July 5, 2022

By TOM LAVENTURE

AAP staff writer

Actress Katie Bradley jumped at the chance to portray a character that offered her pride and empowerment as a teenager. Bradley portrays Mulan, Jr., the legendary teen princess and Chinese hero in the Children’s Theatre Company musical that runs through June 13, 2010.

The play, directed by David Mann, is based on the 1998 Disney feature film and the story Fa Mulan by Robert D. San Souci, Mulan, Jr. The story dates to 7th century poems about a princess warrior, Mulan, and if she existed it was probably during the Northern Wei Dynasty of the 4th and 5th Century A.D.

There have been many twists on the story and Bradley recalls reading Maxine Hong Kingston who talked about Mulan as an empowering figure in her work, The Women Warriors. Bradley said Mulan works well to contrast the dynamic between father as head of family and men as rulers and women in the background.

“For Mulan to be a strong female character in a predominantly patriarchal society is pretty cool,” said Bradley.

When Chinese families are called into military service to repel an invasion, Mulan would not be allowed to join the battle as a young girl, but she risks everything to honor her family and her father – and leads a grateful nation to triumph.

Bradley recalls that as a teenager Mulan was the first film she saw that depicted a strong Asian woman.

“I Remember feeling really, really proud as I was leaving the theater to be an Asian American woman,” Bradley said.

Working with a cast of 29, mostly young actors in a children’s theater performance has brought back those feelings in depicting this character to kids. She also keeps this in mind in her portrayal as a person of color and said the interaction brings energy and an enthusiastic approach to the performance.

“What they stress here at CTC is to just be a role model, and someone that these teenage actors can really look up to – and that has been great for me too,” she said.

Connecting with a young audience means giving a “bigger” performance every time, she added. Kids are intense viewers that can see the difference between a sincere performance and when they are being pandered to – and will be blunt about it when you don’t, she said.

“You can’t fool them and it’s nice because it keeps you on your toes,” she added. “I have performed for kids in the past but not to this magnitude, and to hear the kids laugh just makes my heart melt. It’s just awesome and it makes me want to work a lot harder just because I want to please them.”

The role has special meaning for Bradley as well. She was born in Seoul, South Korea, and adopted as an infant. She was raised in Roseville, and recently lived in Seoul for six months in part to better understand the dual identities of not being Korean in America and American in Korea.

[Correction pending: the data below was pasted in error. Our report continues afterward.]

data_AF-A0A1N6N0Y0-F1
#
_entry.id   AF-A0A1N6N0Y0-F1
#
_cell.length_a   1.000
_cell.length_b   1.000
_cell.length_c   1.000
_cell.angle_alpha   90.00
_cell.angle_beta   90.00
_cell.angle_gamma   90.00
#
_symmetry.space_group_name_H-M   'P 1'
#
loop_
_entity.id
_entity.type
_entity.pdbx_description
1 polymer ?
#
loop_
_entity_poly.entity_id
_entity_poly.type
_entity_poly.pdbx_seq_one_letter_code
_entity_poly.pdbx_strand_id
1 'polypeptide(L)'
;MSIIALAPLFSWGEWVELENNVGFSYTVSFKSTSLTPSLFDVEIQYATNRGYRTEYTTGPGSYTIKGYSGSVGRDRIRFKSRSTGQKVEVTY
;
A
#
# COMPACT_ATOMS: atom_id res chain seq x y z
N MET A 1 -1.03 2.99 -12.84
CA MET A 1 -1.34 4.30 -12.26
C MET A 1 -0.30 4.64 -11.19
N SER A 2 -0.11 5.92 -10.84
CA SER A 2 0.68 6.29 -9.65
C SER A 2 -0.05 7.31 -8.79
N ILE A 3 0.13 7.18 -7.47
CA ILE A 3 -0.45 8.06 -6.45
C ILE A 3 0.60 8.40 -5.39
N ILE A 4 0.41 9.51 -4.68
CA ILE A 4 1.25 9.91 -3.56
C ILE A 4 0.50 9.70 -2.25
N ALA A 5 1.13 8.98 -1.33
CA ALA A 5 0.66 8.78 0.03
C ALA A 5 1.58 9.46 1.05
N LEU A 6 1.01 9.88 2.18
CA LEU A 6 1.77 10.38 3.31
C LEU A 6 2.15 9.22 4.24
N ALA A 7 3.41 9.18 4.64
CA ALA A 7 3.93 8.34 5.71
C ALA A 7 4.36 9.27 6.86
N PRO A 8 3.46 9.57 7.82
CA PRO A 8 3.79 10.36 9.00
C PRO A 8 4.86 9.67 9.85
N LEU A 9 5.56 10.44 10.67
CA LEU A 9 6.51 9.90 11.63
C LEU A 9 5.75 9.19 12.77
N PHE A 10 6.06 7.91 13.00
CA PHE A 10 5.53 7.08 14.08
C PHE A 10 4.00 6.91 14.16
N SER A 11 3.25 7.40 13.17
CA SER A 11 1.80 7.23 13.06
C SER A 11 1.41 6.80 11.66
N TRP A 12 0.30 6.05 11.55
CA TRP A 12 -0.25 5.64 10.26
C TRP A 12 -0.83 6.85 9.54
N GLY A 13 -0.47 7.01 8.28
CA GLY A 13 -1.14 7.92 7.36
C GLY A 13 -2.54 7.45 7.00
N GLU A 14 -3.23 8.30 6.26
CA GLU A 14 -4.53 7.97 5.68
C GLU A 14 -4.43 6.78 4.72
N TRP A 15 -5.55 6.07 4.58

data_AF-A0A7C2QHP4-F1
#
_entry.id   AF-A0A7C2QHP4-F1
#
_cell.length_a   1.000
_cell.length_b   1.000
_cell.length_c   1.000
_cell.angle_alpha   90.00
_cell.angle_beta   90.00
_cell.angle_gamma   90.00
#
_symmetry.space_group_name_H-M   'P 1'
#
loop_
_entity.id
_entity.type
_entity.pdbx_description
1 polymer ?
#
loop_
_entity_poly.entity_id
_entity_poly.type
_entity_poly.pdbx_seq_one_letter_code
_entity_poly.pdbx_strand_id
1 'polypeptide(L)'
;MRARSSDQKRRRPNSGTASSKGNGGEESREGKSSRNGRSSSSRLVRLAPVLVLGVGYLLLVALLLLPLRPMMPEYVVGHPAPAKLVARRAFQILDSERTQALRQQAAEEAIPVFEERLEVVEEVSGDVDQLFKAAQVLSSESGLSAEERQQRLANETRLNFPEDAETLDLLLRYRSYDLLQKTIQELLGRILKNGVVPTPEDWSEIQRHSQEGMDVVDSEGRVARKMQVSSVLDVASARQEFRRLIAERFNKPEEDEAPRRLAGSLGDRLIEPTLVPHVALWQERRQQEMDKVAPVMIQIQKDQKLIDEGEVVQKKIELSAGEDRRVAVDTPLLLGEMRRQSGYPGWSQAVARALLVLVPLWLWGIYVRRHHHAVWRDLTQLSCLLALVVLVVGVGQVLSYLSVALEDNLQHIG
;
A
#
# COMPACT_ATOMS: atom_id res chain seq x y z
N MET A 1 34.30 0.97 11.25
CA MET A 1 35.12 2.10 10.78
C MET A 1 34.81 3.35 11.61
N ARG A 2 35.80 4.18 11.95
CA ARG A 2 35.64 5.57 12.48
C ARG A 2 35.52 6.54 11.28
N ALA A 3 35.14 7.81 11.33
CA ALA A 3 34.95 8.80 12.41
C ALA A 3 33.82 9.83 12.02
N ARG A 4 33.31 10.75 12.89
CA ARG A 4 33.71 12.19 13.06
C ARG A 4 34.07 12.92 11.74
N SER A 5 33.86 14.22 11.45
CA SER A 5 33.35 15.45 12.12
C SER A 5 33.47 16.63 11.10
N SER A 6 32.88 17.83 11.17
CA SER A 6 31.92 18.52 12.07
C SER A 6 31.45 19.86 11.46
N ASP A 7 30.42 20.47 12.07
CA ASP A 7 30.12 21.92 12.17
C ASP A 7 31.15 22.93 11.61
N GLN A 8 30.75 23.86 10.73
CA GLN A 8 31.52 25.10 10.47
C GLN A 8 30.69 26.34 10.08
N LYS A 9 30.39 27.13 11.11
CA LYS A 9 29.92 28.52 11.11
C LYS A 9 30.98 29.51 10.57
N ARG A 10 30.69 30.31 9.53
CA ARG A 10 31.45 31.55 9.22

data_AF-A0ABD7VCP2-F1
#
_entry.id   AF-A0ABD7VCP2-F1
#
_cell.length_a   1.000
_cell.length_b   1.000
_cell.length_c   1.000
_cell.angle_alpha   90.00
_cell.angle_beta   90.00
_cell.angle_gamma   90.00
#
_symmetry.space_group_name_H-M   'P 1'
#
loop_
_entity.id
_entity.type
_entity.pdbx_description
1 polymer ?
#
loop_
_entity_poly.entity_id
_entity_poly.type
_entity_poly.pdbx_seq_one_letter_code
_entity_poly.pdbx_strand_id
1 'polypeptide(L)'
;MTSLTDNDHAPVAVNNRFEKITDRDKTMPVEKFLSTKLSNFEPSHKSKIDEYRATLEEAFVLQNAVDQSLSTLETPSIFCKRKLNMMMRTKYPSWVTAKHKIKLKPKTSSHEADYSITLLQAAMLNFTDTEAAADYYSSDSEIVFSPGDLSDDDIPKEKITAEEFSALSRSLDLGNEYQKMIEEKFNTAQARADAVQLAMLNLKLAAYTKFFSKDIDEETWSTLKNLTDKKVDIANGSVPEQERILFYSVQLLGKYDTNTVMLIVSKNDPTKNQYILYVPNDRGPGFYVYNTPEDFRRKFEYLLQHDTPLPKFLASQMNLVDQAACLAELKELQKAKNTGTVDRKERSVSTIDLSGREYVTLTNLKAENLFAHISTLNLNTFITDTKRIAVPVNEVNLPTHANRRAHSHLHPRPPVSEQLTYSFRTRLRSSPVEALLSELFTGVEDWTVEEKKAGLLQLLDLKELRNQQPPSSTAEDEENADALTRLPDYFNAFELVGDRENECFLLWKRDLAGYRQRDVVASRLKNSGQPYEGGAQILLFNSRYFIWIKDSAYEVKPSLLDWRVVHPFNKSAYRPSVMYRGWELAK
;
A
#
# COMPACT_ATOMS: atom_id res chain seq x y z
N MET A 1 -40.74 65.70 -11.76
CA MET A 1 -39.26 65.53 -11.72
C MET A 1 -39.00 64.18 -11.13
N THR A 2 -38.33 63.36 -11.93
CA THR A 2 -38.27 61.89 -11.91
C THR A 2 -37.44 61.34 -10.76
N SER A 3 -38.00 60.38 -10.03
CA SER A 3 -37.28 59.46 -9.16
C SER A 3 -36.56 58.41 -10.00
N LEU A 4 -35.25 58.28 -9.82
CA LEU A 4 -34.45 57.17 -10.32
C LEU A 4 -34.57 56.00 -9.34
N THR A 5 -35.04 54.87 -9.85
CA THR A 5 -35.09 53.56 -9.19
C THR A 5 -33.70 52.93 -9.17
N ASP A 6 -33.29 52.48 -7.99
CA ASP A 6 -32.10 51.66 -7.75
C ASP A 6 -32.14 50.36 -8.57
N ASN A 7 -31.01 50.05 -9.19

“A lot of what the Mulan character is going through is about ‘who am I? Why can’t I be the person I want to be because I am stifled by societal norms?” she said. “Growing up in Minnesota, I looked a certain way and strangers perceived me in a certain way – and I am not that way.

“My parents are White; I don’t speak Korean; and I don’t speak another language,” she added. “I think that the Mulan character and my prepping for it really is about identity and the struggle to show people who you are – even though you might not look a certain way is a constant battle.”

This is Bradley’s first CTC production and she said it is a great experience working with a direction team that has raised the bar on her own expectations – in a role that requires her to act, sing and dance.

“Everybody is so respectful of one another and the cast is just awesome,” she said. “The company members are just amazing to work with.”

Bradley said the direction team stressed the importance accuracy with a few theatrical tweaks for the stage, but they were very careful to be sure they were respectful of the culture and wanted to know the ins-and-outs of how a father and daughter would react with each other, and who the ancestors are, and what kind of role they play in Chinese culture today, as well as in the past.

The feel of Chinese theatre was made possible with scenery designer Joseph Stanley, costume designer Rich Hamson, the choreography of Linda Talcott Lee, and a music score with new songs from composer Victor Zupanc and Bryan Louiselle.

Bradley has worked with Mu Performing Arts since 2006, when she appeared as Hermia in ‘A Mid Summers Nights Dream’. She was finishing up at Gustavus Adolphus and has worked in many Mu shows since then. She is pleased that so many of her Mu colleagues are in Mulan.

Rose Le Tran plays Grandmother Fa; Dean Holt is Mushu, the dragon; and Joshua James Campbell is Captain Shang; and Brian McCormick portrays her father. Other cast include Ki Seung Rhee, Eric “Pogi” Sumangil; Sheena Janson, Jon Andrew Hegge and Reed Sigmund.

She said the Mu members are like a family and that it carried over to this production. The group brings an aesthetic of Asian American theater to the rehearsals. She said their input was invited and with it came an awareness for what Mu Performing Arts is trying to do with showcasing APIA productions and talent in the Twin Cities.

“Obviously they are not the only API actors the Twin Cities, but its nice to draw attention and say, ‘we are here’, and its wonderful to be able to work with them,” she added.

Bradley is looking to work next with Walking Shadow Theater Company in a performance of “After the Quake”, a play created from the short stories of Japanese writer Haruki Murakami.

Mulan tickets range $26-40 for adults and $16-25 for students, seniors and children under 17. Call 612-874-0400 or childrenstheatre.org. o

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